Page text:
But with every ‘boom’ period there comes a ‘bust’: a cycle that, according to Dickman, characterises inland Australia.

Predictions for arid Australia are that we’ll have longer dry periods, punctuated by even bigger boom events in even greater amounts than currently, says Dickman.

“We’ve got at least an inkling of how the boom and bust system works at the moment,” says Dickman. “We know some species will be OK with this. Some will spend more time under ground. Others, we’re not so sure about.”

For Dickman, studying how species and ecological communities cope in different conditions, in light of climate change, is crucial.

Unique dataset: Professor Chris Dickman and the University of Sydney's Desert Ecology Research Group have been studying the Simpson Desert for 20 years.


But even in dry times, Dickman recognises the desert environment as a place that is “bursting with life.”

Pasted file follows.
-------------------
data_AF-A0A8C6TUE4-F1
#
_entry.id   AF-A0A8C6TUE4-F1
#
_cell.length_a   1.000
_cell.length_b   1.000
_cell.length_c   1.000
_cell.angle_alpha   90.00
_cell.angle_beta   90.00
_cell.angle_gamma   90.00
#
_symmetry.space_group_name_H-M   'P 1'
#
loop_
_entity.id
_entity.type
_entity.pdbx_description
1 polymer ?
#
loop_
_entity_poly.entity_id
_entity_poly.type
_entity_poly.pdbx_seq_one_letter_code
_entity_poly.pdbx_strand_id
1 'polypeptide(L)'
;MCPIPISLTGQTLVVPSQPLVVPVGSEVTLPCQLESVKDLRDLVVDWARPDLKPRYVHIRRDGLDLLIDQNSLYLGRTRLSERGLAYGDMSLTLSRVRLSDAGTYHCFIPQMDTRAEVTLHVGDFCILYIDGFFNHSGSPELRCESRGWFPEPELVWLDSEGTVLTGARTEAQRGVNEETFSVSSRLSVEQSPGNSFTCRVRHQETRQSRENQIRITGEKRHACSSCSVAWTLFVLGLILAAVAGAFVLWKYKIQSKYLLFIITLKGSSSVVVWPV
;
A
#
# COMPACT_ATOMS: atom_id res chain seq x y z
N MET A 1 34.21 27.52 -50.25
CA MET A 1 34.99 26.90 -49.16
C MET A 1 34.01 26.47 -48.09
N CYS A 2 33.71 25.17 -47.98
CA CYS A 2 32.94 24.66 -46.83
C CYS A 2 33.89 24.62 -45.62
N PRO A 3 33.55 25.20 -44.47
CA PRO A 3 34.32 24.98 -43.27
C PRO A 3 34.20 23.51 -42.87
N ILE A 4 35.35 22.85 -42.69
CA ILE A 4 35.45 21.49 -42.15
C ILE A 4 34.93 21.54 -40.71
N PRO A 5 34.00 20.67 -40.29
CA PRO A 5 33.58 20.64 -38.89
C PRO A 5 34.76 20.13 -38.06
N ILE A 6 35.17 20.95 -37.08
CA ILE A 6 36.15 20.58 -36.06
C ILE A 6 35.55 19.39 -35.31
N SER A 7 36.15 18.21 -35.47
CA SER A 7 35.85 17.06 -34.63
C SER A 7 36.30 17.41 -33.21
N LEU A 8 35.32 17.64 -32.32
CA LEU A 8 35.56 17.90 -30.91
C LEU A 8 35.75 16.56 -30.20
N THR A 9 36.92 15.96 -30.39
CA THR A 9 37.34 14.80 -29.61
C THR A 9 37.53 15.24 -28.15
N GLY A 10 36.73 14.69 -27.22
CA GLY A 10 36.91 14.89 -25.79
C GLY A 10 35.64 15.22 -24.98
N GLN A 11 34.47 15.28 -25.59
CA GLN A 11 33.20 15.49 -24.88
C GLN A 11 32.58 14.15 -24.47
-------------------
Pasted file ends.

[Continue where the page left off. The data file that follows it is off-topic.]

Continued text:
“In the height of a dry summer the dunes are still covered with the tracks of small mammals, lizards, snakes and birds,” says Dickman.

“There’s a richness that hasn’t been great affected by human activity.”

With the Desert Ecology Research Group showing no sign of slowing down, Dickman prepares to look back on their progress. The Some Like It Hot public talk on 12 August is a chance to share what has kept him busy all these years.

Sydney Science Forum – Some Like It Hot
Date: Thursday 12 August 2010
Time: 5.45pm – 6.45pm
Cost: Free
Location: Eastern Avenue Auditorium, The University of Sydney
Bookings: Register online: or via or phone: (02) 9351 3021.